Cubs

Cubs: Anthony Rizzo smashes out of slump with the help of Matt Szczur's special bat

Cubs: Anthony Rizzo smashes out of slump with the help of Matt Szczur's special bat

LOS ANGELES - In a moment straight out of "The Natural," Anthony Rizzo needed a bat and picked out a good one.

Matt Szczur played the role of bat boy in this story, but the ending was the same: a big-time home run.

Rizzo had been scuffling in a major way throughout the postseason, going just 2-for-26 in seven games leading up to Wednesday's Game 4 at Dodger Stadium.

One of those hits was a broken bat single in the ninth inning of Game 3 Tuesday night.

Rizzo used a new bat for his first two plate appearances in Game 4 and wound up striking out in both.

So he turned to Szczur's bat for some luck in the fifth inning.

"I knew he had it when he got in the box and I looked at Tommy La Stella and said, "Watch, he's gonna get a knock right now.' And then he hit the homer," Szczur said.

Szczur played in 107 games with the Cubs in the regular season, but didn't make the postseason roster for either the NLDS or NLCS. The Cubs have still had him travel to all the games and his impact showed up in a big way Wednesday night.

[SHOP: Buy a "Try Not to Suck" shirt with proceeds benefiting Joe Maddon's Respect 90 Foundation & other Cubs Charities]

Rizzo followed that homer with a pair of singles and suddenly bumped his postseason batting average up to .161 after that .077 start.

Rizzo has used Szczur's bat at various times throughout the season and that particular piece of lumber has been in game circulation for three years, something Szczur was hesitant to talk about and potentially jinx.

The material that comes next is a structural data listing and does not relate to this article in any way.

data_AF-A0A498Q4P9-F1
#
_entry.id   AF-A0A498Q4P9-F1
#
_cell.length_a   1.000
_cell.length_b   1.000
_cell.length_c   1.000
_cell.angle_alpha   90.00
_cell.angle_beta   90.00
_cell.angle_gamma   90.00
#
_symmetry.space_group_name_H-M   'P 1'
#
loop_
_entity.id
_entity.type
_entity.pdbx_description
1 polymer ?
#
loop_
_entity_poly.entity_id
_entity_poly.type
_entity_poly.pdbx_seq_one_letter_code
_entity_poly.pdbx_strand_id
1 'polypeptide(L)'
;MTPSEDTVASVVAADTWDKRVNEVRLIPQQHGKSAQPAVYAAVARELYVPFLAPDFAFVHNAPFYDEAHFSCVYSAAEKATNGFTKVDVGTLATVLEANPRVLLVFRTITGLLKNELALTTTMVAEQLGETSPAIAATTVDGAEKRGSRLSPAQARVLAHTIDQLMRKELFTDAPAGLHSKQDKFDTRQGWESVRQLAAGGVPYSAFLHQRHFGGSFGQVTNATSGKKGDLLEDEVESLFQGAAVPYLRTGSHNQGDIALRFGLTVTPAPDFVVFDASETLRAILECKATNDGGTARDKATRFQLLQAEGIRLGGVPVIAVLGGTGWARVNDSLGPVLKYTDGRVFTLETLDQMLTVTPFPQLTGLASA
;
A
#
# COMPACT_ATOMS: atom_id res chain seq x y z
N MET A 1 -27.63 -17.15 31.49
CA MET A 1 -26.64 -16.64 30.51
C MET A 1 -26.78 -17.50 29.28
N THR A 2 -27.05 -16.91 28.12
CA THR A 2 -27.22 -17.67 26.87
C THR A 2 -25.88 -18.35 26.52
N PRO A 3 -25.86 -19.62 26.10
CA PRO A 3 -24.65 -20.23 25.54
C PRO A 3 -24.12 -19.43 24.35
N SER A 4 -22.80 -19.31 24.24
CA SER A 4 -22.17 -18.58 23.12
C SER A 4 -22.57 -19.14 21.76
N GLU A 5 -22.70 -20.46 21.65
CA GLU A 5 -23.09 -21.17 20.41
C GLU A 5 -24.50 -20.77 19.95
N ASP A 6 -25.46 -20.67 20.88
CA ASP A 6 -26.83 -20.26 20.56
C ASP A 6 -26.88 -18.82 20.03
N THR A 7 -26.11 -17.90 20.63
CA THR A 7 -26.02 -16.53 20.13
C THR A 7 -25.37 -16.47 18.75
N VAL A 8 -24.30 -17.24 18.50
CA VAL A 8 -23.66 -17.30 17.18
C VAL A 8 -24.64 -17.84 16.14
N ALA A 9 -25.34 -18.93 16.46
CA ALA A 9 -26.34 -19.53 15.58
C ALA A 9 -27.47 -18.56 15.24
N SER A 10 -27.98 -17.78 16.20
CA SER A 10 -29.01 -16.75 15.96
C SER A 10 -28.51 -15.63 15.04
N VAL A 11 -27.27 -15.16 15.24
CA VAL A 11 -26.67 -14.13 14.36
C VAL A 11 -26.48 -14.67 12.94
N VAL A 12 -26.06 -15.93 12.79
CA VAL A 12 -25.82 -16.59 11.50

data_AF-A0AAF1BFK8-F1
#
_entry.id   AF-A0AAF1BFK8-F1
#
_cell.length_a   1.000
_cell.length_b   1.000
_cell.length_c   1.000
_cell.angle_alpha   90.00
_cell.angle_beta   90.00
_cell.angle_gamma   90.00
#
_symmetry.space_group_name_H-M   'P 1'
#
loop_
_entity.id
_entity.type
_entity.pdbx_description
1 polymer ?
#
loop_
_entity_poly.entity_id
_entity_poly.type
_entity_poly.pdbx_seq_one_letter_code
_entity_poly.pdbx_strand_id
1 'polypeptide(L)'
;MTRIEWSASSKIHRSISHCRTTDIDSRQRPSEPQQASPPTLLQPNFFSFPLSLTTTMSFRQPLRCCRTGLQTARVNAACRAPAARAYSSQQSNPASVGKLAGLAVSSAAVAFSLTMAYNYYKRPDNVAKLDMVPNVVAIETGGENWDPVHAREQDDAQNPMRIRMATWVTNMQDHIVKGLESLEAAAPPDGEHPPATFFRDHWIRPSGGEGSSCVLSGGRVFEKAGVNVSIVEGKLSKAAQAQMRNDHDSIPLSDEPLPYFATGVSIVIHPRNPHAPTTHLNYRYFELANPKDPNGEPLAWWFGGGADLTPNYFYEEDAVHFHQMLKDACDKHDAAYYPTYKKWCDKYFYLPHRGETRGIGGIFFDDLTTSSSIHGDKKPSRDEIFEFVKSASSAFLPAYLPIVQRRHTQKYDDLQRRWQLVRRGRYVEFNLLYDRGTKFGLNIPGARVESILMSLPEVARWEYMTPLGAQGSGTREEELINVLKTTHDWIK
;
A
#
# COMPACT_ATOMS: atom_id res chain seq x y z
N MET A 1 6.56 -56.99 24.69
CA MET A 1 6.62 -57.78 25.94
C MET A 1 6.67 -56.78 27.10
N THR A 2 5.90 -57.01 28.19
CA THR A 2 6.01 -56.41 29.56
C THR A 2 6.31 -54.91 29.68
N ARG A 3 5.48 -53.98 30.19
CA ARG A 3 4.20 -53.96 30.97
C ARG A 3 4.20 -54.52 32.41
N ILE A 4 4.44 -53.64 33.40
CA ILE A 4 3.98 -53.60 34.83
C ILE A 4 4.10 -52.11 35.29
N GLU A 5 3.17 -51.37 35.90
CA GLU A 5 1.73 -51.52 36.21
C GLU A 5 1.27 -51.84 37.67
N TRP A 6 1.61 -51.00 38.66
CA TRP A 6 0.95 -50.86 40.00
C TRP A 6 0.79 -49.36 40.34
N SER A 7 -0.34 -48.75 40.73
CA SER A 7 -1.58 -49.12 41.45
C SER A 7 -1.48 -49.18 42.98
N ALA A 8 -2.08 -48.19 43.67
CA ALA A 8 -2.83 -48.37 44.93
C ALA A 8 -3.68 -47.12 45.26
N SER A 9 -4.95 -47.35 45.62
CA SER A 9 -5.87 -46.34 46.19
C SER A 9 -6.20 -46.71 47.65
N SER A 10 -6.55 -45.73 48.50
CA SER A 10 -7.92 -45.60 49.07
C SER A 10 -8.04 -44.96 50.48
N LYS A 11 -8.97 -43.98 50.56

Rizzo - who beat cancer as a teenagerin the Boston Red Sox system - saw a feature Wednesday on Szczur donating bone marrow to a young girl in the Ukraine right after college.

"I've done it a few times, especially later on in the year," Rizzo said. "The first two at-bats weren't so hot. Szcz came out today with a nice feature on him about him giving his bone marrow, so all the things were just adding up. 

"I hit well with his bat, so he has hits in it. Same size, just different model and different name, and it worked."

The Cubs offense badly needed Rizzo to get hot in the middle of a lineup that set a new franchise record with 21 straight scoreless innings before the fourth inning Wednesday night.

Szczur is a good-natured guy who didn't seem to take the decision to leave him off the playoff roster personally. He's been at every workout, sim game and pregame batting practice with a smile on his face.

"He contributes way more [than a bat]," Kris Bryant said. "Anthony likes to use his bat here and there. I even used it at one point this year and I got a hit out of it. Any time you can take hits from other guys and they're gonna give 'em to you, you take 'em.

"Some guys that aren't on the roster, they're all here and supporting us and that's huge for us. They've been here all year."

When Kyle Schwarber met new Cubs hitting coach Chili Davis: 'I don't suck'

When Kyle Schwarber met new Cubs hitting coach Chili Davis: 'I don't suck'

MESA, Ariz. — The first thing Kyle Schwarber told his new hitting coach?

"His first statement to me is, 'I don't suck.'"

The Cubs hired Chili Davis as the team's new hitting coach for myriad reasons. He's got a great track record from years working with the Boston Red Sox and Oakland Athletics, and that .274/.360/.451 slash line during an illustrious 19-year big league career certainly helps.

But Davis' main immediate task in his new gig will be to help several of the Cubs' key hitters prove Schwarber's assessment correct.

Schwarber had a much-publicized tough go of things in 2017. After he set the world on fire with his rookie campaign in 2015 and returned from what was supposed to be a season-ending knee injury in time to be one of the Cubs' World Series heroes in 2016, he hit just .211 last season, getting sent down to Triple-A Iowa for a stint in the middle of the season. Schwarber still hit 30 home runs, but his 2017 campaign was seen as a failure by a lot of people.